will adapt to a wide variety of lenses with the relevant filter ring. The quality of results is on a par with those from the reversing ring.
- Distance from subject: 20cm
Close-up lenses set +1, +2, +4
Close-up lenses individually don't always offer enough magnification, but add them together and it's a different story. We screwed together a +1, +2, +4 to give a +7 magnification.
You can expect a loss in quality because light will bounce off all the lens to air surfaces. This appears as slight overall softness with a reduction in contrast. Even so, the quality is still acceptable for most of us and, unless you're intending making big enlargements, it's a good option to consider.
- Distance from subject: 15cm.
+10 macro lens
This option is the extreme of the close-up lens, offering a powerful +10 magnification. It's simple to use and gives no loss of light or problems with camera metering using auto exposure modes. The image, however, appears no sharper than the combined close-up lenses, so if your subjects vary in size go for the more versatile close up lens set.
- Distance from subject: 9cm
This seven-element 2x converter has the added benefit of a macro mode which extends out to offer a 1:1 life-size ratio. You lose two stops of light, but the metering coupling is maintained so your camera will take care of the exposure, even in auto mode. The converter, made by Teleplus, is available in most manual focus lens mounts including Canon, Nikon, Olympus, Pentax, Minolta and Yashica and is a very versatile option. The results produced are the closest you'll obtain to having a true macro lens. Use it with a telephoto lens and you have a powerful magnifier from close up and afar.
- Distance from subject: variable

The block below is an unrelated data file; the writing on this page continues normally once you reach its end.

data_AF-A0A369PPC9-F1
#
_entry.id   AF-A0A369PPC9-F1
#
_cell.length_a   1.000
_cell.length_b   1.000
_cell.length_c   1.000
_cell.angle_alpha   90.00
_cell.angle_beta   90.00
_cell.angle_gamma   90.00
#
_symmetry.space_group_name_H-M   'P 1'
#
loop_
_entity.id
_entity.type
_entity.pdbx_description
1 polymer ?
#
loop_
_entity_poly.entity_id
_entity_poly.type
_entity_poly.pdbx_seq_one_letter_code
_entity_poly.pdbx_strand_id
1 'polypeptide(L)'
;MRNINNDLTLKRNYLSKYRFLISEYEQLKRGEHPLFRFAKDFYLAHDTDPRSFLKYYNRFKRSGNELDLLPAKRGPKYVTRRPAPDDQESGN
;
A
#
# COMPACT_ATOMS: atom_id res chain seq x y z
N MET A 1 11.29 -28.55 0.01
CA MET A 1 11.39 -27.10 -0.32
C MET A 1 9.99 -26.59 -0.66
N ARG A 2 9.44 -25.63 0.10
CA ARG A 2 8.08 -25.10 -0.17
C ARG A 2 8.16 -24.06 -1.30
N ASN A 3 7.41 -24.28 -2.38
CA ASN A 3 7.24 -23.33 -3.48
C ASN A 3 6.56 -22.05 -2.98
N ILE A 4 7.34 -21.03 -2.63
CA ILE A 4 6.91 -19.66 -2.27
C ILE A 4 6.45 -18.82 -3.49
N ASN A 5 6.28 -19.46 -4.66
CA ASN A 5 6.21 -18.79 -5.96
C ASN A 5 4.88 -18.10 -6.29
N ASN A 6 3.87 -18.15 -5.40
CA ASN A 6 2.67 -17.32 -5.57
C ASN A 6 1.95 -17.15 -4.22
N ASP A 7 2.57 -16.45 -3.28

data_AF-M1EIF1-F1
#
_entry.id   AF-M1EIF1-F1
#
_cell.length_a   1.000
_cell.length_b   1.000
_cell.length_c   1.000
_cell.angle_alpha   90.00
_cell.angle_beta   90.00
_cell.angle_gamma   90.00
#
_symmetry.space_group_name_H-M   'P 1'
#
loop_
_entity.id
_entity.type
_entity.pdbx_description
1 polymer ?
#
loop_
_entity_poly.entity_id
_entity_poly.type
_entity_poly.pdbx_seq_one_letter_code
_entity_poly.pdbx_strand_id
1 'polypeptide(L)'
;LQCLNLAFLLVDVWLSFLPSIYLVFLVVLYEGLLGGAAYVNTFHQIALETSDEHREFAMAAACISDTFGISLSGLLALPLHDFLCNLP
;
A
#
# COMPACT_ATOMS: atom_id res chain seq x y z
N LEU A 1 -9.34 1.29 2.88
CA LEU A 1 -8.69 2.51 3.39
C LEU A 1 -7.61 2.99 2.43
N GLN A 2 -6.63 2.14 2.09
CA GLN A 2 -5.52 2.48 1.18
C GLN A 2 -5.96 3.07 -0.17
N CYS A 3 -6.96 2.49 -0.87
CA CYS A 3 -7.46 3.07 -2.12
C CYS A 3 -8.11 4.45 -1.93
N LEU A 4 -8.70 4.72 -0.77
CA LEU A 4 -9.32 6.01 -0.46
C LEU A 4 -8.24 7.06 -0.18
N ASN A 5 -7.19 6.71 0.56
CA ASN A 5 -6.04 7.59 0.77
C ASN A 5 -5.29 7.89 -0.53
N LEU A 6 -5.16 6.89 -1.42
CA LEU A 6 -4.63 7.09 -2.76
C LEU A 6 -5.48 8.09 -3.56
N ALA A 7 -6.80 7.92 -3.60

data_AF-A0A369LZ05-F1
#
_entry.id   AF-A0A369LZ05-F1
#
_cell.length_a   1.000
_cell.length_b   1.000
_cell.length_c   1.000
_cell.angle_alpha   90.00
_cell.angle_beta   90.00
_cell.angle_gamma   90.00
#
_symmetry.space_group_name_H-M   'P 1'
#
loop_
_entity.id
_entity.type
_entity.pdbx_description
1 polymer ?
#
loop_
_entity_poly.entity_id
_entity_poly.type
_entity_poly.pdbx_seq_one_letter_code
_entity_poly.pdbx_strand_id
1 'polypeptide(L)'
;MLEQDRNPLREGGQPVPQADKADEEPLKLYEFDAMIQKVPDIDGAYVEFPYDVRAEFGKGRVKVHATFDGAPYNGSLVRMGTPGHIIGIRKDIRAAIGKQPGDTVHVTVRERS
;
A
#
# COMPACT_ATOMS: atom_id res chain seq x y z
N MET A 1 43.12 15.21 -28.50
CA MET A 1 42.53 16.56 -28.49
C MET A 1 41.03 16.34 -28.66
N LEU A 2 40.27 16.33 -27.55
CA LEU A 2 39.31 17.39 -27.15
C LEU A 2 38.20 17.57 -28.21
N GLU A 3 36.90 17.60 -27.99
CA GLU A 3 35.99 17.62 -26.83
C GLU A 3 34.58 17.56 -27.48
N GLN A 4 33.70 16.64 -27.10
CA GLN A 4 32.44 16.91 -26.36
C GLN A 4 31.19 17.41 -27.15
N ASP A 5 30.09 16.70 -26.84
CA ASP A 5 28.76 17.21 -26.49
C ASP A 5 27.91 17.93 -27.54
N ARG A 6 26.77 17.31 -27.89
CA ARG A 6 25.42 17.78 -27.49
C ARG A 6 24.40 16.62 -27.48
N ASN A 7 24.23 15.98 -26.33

Bellows are the most flexible and versatile of all the ultra close up accessories, but they're also the most bulky, cumbersome and fiddly to use. They consist of a rack that attaches to the tripod with a set of rubber or cloth bellows mounted on front and back frames. The frames have a lens mount on one end and a camera mount on the other. To increase magnification you extend the bellows. This will either adjust by unlocking the rail and manually sliding it to the necessary extension or by a rack and pinion method. The latter is the more precise type. Both usually have a fine focus control to ensure the sharpest results.
When the bellows are extended you really need a TTL meter or you will have to manually compensate for the loss of light reaching the film. The further you extend the lens from the film the more light lost.
Some of the more expensive models have an additional focus rail that lets you swiftly move the whole camera/bellows position closer to the subject so you don't have to continually adjust the tripod position.
- Distance from subject: variable
This adaptor requires two lenses to function - one is attached, as normal, on the camera, the other is reversed on front of the camera lens. The ring screws into the filter thread of both lenses. This method offers the closest focus of them all, but care is needed when choosing lens and aperture combinations. The best results are obtained when a smaller focal length lens such as a 50mm is reversed on the front of a longer one, say 105mm. You need to shoot with the reversed lens at the maximum aperture because the image goes black at the edges as you stop down. Results are sharp at the centre, but there's considerable fall off in quality towards the edges of the photo.
- Distance from subject: 4cm